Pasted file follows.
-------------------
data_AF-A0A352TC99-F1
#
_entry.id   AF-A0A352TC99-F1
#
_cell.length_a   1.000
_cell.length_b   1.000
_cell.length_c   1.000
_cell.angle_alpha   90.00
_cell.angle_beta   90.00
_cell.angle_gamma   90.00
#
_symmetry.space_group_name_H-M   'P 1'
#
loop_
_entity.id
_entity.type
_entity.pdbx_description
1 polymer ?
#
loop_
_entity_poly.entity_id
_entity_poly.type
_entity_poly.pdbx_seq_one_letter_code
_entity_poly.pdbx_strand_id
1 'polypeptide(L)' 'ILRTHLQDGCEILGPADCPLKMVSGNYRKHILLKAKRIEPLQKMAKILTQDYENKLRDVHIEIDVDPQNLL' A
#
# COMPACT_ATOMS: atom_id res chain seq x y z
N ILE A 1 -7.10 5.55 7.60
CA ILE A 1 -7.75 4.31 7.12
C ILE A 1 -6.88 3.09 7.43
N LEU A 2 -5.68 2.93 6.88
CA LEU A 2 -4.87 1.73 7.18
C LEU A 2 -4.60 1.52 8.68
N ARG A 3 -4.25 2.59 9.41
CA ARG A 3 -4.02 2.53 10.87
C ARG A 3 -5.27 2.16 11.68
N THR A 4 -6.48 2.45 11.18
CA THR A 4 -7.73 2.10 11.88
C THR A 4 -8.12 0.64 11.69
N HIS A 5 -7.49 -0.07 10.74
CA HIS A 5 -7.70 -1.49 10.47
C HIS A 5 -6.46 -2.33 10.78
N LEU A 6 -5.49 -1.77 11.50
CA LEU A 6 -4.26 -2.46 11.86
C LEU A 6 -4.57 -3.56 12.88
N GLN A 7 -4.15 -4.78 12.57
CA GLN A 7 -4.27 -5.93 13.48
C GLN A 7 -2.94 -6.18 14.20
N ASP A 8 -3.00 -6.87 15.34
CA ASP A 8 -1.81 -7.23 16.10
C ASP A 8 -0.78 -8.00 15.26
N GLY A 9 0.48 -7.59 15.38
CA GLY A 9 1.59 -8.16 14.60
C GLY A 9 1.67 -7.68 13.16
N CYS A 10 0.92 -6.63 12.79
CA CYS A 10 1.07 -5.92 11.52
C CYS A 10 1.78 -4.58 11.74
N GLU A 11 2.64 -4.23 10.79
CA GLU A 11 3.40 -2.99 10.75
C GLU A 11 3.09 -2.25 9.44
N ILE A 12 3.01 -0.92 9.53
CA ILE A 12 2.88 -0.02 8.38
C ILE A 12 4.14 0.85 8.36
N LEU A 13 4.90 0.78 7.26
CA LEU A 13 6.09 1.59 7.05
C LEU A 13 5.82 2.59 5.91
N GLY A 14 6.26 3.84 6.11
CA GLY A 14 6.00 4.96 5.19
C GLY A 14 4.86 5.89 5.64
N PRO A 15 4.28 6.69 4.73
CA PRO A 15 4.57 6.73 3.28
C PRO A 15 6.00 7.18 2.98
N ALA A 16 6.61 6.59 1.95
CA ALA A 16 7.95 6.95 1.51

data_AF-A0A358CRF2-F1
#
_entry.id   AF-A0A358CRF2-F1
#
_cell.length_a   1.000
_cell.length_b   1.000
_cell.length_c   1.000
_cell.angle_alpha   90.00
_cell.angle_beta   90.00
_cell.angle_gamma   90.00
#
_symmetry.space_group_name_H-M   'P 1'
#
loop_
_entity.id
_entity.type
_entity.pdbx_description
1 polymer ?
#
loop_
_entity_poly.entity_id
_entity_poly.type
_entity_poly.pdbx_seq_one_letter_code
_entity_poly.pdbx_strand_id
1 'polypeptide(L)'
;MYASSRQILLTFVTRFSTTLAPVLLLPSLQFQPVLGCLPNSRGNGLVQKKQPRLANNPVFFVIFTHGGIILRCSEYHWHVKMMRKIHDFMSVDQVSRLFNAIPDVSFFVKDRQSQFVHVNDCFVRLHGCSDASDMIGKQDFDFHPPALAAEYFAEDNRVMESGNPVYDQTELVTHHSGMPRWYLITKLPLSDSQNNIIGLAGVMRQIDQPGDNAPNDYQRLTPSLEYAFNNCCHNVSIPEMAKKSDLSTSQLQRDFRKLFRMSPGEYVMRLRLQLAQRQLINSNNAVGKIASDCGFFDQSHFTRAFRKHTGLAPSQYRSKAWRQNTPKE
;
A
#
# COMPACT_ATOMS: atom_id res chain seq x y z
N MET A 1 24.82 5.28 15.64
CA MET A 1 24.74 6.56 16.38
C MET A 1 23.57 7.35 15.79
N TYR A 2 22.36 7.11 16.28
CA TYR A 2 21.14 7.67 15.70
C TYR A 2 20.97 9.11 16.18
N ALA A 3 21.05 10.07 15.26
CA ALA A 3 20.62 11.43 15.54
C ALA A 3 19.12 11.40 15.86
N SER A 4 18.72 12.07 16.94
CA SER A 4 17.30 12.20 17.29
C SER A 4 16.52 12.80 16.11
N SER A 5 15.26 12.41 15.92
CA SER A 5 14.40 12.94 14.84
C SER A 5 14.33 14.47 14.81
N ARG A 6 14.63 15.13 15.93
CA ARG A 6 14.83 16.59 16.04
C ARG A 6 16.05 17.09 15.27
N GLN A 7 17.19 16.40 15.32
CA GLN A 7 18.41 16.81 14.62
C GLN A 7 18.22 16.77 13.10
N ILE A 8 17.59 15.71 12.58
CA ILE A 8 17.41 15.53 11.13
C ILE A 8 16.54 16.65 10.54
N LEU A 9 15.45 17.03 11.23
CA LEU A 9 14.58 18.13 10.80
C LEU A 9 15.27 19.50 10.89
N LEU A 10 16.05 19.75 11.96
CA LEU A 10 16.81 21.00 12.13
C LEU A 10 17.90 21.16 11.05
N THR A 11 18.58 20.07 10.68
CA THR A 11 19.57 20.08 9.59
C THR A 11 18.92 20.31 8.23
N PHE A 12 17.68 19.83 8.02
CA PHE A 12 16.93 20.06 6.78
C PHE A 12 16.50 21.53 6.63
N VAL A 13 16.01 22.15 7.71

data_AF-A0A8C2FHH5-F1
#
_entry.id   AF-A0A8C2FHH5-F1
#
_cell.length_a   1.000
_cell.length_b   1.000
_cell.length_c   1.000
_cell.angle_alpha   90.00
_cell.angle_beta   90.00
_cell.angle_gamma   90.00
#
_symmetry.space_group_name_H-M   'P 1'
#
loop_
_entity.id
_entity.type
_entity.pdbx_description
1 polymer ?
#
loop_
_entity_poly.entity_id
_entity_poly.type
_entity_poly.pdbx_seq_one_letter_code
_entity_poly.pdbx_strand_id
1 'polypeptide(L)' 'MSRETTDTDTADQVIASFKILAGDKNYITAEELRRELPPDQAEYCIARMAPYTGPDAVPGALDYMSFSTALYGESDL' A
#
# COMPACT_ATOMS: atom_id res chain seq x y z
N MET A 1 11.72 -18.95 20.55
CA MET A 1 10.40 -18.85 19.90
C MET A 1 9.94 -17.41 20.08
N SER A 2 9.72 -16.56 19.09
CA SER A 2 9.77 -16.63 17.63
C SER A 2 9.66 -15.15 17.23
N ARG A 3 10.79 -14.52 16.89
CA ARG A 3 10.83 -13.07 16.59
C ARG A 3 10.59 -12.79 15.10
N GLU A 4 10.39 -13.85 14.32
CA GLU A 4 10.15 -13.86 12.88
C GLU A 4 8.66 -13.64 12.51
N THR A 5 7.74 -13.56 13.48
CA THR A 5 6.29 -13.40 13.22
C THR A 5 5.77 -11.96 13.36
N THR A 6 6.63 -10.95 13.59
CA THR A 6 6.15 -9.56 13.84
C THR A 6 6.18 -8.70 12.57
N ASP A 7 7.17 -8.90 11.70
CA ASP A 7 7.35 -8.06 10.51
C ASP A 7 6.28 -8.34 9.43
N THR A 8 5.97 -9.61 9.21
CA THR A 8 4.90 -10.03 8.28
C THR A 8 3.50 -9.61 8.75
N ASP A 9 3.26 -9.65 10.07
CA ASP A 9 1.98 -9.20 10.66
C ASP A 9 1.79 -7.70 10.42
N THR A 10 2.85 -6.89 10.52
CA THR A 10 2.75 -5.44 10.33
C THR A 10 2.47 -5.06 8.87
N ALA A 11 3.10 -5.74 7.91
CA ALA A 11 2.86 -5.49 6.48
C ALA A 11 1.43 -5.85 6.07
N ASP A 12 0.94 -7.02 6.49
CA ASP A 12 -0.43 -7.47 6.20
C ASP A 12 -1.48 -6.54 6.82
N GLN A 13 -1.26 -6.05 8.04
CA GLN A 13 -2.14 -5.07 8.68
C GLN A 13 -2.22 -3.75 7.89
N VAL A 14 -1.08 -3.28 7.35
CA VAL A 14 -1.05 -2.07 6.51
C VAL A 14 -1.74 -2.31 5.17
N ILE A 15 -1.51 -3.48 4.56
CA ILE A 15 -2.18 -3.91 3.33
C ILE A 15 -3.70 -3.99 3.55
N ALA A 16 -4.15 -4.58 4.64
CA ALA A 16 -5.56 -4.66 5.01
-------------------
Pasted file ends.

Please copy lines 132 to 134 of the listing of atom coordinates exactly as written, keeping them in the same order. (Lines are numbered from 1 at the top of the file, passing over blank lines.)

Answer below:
N LEU A 10 16.05 19.75 11.96
CA LEU A 10 16.81 21.00 12.13
C LEU A 10 17.90 21.16 11.05